“I think many would argue and few would dispute the loss of the ship El Faro and its cargo, and most importantly the loss of 33 souls aboard the El Faro, represents a colossal failure of the management of companies responsible for the safe operation of the El Faro,” Roth-Roffy said. “As you stated, the proof is in the pudding.”

“I think this tragic loss is all about an accident,” Keller responded, “and I look to this board and the NTSB to try to define what those elements may or may not have been.”

Contractors on USNS Apache deploy a remotely operated underwater vehicle in November in the search for El Faro. The same equipment will be used in the VDR retrieval mission.

Courtesy U.S. Navy

Roth-Roffy also asked Keller to describe any management failures that preceded the accident. Keller said he could not think of any.

The next day, Roth-Roffy recanted his assertion about management failures and apologized for the question.

In a statement, TOTE said it appreciated the “seafarers and other experts” who participated in the Coast Guard hearings and “continue to work to develop lessons learned from the tragic loss of the El Faro and her crew.”

“Our goal throughout the investigation is to learn everything possible about the loss of our crew and vessel,” TOTE spokesman Michael Hanson said. “Out of respect for our seafarers and for every seafarer here and around the world, it is critical that we understand what contributed to this accident.”

Sullivan, the local counsel in a lawsuit against TOTE brought by the estate of El Faro crewmember Sylvester Crawford, said the second round of hearings was “less scripted and in some cases more interesting than the first.” The first round of hearings concluded in March, and a third round is expected later this year.

“In the first set of hearings, TOTE got to put on their best witnesses and (was) able to show their company in its best light. In the second set of hearings there were more surprises,” he said, referring to the outdated weather information and the exchange between Roth-Roffy and Keller.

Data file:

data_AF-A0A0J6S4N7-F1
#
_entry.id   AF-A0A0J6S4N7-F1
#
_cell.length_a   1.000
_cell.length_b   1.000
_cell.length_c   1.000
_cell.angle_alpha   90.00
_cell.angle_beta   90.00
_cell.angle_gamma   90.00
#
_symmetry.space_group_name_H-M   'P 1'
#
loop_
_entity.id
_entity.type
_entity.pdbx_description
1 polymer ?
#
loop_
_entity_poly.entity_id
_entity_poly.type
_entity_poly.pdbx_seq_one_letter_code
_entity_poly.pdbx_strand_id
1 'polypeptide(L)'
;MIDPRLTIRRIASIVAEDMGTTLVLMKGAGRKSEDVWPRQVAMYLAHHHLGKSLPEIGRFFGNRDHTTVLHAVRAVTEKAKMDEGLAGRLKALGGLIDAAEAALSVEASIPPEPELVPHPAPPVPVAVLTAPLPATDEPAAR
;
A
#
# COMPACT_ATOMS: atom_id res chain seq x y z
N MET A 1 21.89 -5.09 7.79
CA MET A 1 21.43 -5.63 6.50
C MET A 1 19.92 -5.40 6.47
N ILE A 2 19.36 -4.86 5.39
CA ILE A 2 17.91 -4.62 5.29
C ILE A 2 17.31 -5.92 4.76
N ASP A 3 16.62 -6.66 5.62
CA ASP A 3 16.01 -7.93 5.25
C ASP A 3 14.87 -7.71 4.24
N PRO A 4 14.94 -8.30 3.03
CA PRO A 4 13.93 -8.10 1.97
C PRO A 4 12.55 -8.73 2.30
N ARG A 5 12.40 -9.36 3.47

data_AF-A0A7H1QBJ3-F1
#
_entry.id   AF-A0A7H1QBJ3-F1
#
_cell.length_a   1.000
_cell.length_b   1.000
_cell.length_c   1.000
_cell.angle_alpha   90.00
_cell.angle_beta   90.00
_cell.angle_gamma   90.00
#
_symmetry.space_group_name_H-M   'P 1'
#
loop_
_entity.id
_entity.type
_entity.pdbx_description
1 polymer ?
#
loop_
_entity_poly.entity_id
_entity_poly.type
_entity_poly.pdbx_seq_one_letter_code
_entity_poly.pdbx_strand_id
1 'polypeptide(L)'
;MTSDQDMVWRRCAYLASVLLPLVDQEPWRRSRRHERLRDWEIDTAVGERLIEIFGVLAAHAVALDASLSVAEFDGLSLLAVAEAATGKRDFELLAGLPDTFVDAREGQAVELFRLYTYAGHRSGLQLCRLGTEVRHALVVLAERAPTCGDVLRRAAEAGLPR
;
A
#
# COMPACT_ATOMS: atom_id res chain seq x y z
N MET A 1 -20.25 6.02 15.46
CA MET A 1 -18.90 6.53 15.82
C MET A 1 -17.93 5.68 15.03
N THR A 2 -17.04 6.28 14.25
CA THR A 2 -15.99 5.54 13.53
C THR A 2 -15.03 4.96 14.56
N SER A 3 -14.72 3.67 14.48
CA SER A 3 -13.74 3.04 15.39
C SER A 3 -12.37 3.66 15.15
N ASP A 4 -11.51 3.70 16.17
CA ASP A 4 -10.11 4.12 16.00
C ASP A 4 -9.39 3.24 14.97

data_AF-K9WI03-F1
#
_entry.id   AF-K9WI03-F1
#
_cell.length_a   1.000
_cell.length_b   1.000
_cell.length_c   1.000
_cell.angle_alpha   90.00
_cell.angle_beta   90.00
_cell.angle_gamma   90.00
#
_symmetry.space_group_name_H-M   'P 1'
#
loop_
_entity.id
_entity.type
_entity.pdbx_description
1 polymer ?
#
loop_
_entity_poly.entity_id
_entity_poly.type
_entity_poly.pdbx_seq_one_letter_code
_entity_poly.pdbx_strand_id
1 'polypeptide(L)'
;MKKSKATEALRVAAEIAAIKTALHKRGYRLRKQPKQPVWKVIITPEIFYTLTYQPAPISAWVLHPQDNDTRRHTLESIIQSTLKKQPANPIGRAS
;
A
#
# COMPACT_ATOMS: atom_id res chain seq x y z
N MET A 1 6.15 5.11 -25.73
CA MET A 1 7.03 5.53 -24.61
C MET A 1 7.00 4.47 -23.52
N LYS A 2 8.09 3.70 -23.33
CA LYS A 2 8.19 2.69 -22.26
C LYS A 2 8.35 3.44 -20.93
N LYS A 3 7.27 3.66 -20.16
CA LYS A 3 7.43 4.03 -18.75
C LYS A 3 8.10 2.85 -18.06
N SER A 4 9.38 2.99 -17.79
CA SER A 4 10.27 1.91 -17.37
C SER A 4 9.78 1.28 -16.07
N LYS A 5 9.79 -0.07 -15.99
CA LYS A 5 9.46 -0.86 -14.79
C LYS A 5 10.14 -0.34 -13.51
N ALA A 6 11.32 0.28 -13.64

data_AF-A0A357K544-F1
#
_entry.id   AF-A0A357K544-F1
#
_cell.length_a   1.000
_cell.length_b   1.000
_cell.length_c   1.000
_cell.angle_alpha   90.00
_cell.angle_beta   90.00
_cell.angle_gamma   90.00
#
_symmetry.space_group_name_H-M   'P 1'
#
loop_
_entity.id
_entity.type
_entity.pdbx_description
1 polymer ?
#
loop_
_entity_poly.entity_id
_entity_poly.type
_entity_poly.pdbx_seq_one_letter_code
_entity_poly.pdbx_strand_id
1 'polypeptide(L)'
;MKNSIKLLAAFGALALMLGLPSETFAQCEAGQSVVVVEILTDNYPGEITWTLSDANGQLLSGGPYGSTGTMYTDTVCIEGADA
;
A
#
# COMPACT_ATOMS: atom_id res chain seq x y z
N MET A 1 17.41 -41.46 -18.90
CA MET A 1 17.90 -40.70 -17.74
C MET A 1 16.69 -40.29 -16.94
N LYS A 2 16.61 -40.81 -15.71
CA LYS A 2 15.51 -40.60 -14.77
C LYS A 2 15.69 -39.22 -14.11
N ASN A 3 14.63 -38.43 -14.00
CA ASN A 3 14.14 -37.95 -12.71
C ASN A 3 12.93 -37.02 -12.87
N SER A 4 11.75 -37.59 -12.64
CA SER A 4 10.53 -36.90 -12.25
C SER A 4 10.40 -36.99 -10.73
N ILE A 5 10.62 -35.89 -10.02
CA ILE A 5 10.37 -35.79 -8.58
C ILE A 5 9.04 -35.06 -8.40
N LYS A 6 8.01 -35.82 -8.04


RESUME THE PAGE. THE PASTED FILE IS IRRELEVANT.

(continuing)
As of late June, TOTE had settled 21 of the 33 death claims brought by the victims’ survivors, although Sullivan said his client’s case is ongoing. Several of the claims against TOTE stemming from lost cargo recently were resolved during mediation, he said, although TOTE would not confirm the settlements.

Citing wreckage photos released by the NTSB, Sullivan believes the crew tried to abandon ship but couldn’t access the lifeboats due to the ship’s heavy list.

“The fact that a Jacob’s ladder was moved from the main deck up to the embarkation deck attests to the fact that the crew was experiencing this problem,” he said.

“Lines tied from a container on deck show that the crew were desperately trying to lower themselves into the water rather than jump,” Sullivan added, noting that jumps from certain heights above 10 feet can damage survival suits.

The 790-foot El Faro.

Courtesy U.S. Coast Guard

This theory is not universally accepted, and the recovery of VDR data could confirm or discount this and other speculation about the crew’s final minutes. For instance, the unit likely would have recorded an “abandon ship” order or similar instructions from the captain.

Recovering the unit from water 15,000 feet deep is no small task. Specialized salvage equipment will be required to raise the device. If successful, technicians will use special playback software from the VDR manufacturer to extract the data.

“We’re hoping the audio files are viable and we can use those in our investigation, but that remains to be seen,” Curtis said. “We don’t have the VDR in hand.”

The NTSB investigation into the accident is continuing, for now without the VDR. Federal officials have interviewed TOTE officials and others who can provide technical details and other information about the ship.

“Without the VDR, we remain optimistic we can establish a probable cause … but certainly the audio files would corroborate or elaborate (on other evidence),” Curtis said.

Murphy, the Massachusetts Maritime instructor, expects the VDR will provide useful information, but he said the audio files have one significant shortcoming: If crewmembers did not fully understand what was happening to the ship, the audio could lead investigators astray.

“The accuracy of the reports, that could be in question. They might know there is a hull crack and believe it is 5 feet long when in fact it is 20 feet long,” he said.

Still, Murphy believes bridge audio and other data captured by the VDR will offer key insights into the accident, including the propulsion problem that left the ship stranded and the source of water intrusion that caused the ship to list.

“That information would help them determine what the probable cause was, but whether they actually can determine the precise cause, I am not really sure,” he said. “It depends how much of this information they are able to recover and how detailed it is. I think in the case of El Faro, it probably sank very, very quickly, and I am not sure crew were fully aware of what was going on at the time.”